dinsdag 10 mei 2011

Amr Moussa wil meer afstand van Israel als hij president van Egypte wordt

Under Mr Mubarak, when criticism of Israel was rarely voiced, such views won Mr Moussa the affection of the public, which was encapsulated in the release of a popular song entitled: "I hate Israel (but I love Amr Moussa).
Nou ja, 'rarely voiced'? De kranten stonden vol van verhalen over de 'holocaust' die Israel de Palestijnen aan zou doen, de slinkse en oppermachtige Joodse lobby, en hoe de Joden door Allah waren vervloekt en vervolgd dienden te worden. Dat deze sentimenten nu zo naar buiten komen in Egypte is niet vreemd: dit is wat de mensen decennia lang is verteld. Amr Moussa doet alsof hij op dit punt breekt met Mubarak maar ook onder Mubarak waren anti-Israel sentimenten bonton, en werden politici en kunstenaars die contacten met Israeli's hadden gekapitteld of gestraft. Het grote verschil is dat onder Mubarak het vredesverdrag niet ter discussie stond, evenals de relatie met de VS.
Zie ook het opiniestuk van Barry rubin: Waarschijnlijke volgende president Egypte is Amr Moussa

Egypt: Amr Moussa vows more critical Israel relationship if elected president
By Adrian Blomfield, Middle East Correspondent 8:34PM BST 06 May 2011

Amr Moussa, the Secretary General of the Arab League, said Egypt could no longer tolerate the policy of unquestioning friendship with Israel adopted by President Hosni Mubarak until his overthrow in a popular revolution nearly three months ago.

"Mubarak had a certain policy, it was his own policy and I don't think we have to follow this," he told the Wall Street Journal.

Mr Moussa, who is 74, served as Mr Mubarak's foreign minister from 1991 to 2001, but is seen as untainted by his association with Egypt's hated former leader.

With approximately six months to go before Egypt holds its second ever presidential election, he is attracting almost double the support of his nearest potential rival, Field Marshal Mohamed Tantawi, who heads the military-led interim government, opinion polls show.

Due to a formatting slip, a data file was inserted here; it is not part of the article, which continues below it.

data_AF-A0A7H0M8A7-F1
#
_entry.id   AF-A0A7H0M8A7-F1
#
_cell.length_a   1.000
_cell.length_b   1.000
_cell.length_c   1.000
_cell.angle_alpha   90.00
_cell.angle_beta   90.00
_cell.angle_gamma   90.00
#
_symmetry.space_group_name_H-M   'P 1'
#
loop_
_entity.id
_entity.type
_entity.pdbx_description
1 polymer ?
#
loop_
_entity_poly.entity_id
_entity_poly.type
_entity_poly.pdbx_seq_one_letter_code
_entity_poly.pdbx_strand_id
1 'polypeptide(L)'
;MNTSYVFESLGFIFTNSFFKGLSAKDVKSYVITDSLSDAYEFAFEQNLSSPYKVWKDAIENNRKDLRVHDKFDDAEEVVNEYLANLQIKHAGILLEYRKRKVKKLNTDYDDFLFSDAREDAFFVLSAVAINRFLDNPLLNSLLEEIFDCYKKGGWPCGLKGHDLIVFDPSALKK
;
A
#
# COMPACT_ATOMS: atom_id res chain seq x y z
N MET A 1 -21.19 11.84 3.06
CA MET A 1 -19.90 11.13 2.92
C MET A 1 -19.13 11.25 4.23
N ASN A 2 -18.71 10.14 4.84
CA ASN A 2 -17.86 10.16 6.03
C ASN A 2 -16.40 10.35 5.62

Pursuing a more assertive policy towards Israel would bring Mr Moussa in line with a majority of his people, with polls indicating that just over half would like to cancel Egypt's peace treaty with Mr Mubarak.

But his comments will only increase unease in Israel, which has watched Egypt's foreign policy shift with growing displeasure.

In recent weeks, Egypt has announced its intention permanently to open its border with the Gaza Strip, ending Mr Mubarak's policy of assisting Israel in enforcing a controversial blockade on the territory.

The military government then oversaw the signing of a power sharing deal between Hamas, Gaza's Islamist overlords, and the moderate Fatah faction – a development that Israel's prime minister, Benjamin Netanyahu, called a victory for "terrorism".

Israeli officials were also dismayed by Egypt's decision to normalise relations with Iran, bringing it in line with the rest of the Arab world.

Although secular and seen as a disciple of Nasserist Arab nationalism, Mr Moussa has been attacked in Israel as a "flamboyant demagogue" who persistently engages in "invective" against the Zionist state.

He has caused anger by criticising Israel's settlement policy in the West Bank, its military actions in Gaza and his declaration that he is opposed not just to Iran's nuclear programme but to Israel's as well.

Under Mr Mubarak, when criticism of Israel was rarely voiced, such views won Mr Moussa the affection of the public, which was encapsulated in the release of a popular song entitled: "I hate Israel (but I love Amr Moussa).

Despite US misgivings over Egypt's newly assertive foreign policy, few in Washington believe that Mr Moussa or any other potential winner of the presidential election, to be held in October or November, would annul the peace treaty with Israel. Both the military leadership and Mr Moussa have voiced support for the pact in the past.

The Muslim Brotherhood, Egypt's main Islamist party and a vocal critic of Israel, is not fielding a presidential candidate but is likely to emerge as a strong force in the country's new parliament, from where it could call for a debate on the future of the treaty.

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